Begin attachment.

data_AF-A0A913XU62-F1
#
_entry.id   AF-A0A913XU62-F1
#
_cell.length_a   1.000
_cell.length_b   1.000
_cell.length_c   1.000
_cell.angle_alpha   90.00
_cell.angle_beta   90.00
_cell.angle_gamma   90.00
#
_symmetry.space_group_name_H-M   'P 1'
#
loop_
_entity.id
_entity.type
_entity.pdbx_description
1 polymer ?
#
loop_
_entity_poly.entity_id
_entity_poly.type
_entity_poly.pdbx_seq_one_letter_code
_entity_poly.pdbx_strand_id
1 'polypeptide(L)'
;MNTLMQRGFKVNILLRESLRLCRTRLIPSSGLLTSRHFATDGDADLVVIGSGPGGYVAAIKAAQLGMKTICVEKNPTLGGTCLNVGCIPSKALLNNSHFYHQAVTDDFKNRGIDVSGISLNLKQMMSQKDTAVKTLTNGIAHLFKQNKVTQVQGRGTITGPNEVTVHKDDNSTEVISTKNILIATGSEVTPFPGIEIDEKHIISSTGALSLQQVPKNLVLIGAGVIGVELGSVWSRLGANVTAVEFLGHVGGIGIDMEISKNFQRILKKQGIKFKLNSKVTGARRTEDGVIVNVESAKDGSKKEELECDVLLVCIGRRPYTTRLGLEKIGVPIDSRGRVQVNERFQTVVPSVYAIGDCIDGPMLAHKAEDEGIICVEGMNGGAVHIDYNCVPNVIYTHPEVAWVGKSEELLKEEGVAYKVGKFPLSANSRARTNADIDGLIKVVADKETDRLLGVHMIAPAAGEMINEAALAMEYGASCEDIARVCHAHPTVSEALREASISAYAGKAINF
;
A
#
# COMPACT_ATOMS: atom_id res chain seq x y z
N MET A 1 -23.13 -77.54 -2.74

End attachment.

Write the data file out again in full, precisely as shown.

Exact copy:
data_AF-A0A913XU62-F1
#
_entry.id   AF-A0A913XU62-F1
#
_cell.length_a   1.000
_cell.length_b   1.000
_cell.length_c   1.000
_cell.angle_alpha   90.00
_cell.angle_beta   90.00
_cell.angle_gamma   90.00
#
_symmetry.space_group_name_H-M   'P 1'
#
loop_
_entity.id
_entity.type
_entity.pdbx_description
1 polymer ?
#
loop_
_entity_poly.entity_id
_entity_poly.type
_entity_poly.pdbx_seq_one_letter_code
_entity_poly.pdbx_strand_id
1 'polypeptide(L)'
;MNTLMQRGFKVNILLRESLRLCRTRLIPSSGLLTSRHFATDGDADLVVIGSGPGGYVAAIKAAQLGMKTICVEKNPTLGGTCLNVGCIPSKALLNNSHFYHQAVTDDFKNRGIDVSGISLNLKQMMSQKDTAVKTLTNGIAHLFKQNKVTQVQGRGTITGPNEVTVHKDDNSTEVISTKNILIATGSEVTPFPGIEIDEKHIISSTGALSLQQVPKNLVLIGAGVIGVELGSVWSRLGANVTAVEFLGHVGGIGIDMEISKNFQRILKKQGIKFKLNSKVTGARRTEDGVIVNVESAKDGSKKEELECDVLLVCIGRRPYTTRLGLEKIGVPIDSRGRVQVNERFQTVVPSVYAIGDCIDGPMLAHKAEDEGIICVEGMNGGAVHIDYNCVPNVIYTHPEVAWVGKSEELLKEEGVAYKVGKFPLSANSRARTNADIDGLIKVVADKETDRLLGVHMIAPAAGEMINEAALAMEYGASCEDIARVCHAHPTVSEALREASISAYAGKAINF
;
A
#
# COMPACT_ATOMS: atom_id res chain seq x y z
N MET A 1 -23.13 -77.54 -2.74